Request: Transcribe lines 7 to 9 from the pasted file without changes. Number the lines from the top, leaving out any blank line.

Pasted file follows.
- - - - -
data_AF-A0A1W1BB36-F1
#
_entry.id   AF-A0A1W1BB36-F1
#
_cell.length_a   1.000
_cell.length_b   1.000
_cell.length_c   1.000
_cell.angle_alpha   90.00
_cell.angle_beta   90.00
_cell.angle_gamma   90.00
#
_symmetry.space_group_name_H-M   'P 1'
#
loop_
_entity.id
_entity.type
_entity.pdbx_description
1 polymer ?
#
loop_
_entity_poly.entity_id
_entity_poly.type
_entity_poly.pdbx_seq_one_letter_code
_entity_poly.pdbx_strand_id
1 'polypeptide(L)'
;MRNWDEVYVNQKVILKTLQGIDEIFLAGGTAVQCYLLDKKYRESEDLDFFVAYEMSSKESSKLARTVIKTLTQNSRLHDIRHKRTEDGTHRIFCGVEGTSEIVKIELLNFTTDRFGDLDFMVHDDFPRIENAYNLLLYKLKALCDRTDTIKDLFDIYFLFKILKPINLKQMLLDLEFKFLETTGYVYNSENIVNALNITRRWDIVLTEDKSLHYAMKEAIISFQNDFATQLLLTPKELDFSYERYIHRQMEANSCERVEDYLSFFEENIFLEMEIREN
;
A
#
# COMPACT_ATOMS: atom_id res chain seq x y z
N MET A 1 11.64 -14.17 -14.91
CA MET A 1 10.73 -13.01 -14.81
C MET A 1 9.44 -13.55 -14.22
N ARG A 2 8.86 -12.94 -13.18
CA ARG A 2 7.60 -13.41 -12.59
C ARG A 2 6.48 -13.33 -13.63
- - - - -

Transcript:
_cell.length_c   1.000
_cell.angle_alpha   90.00
_cell.angle_beta   90.00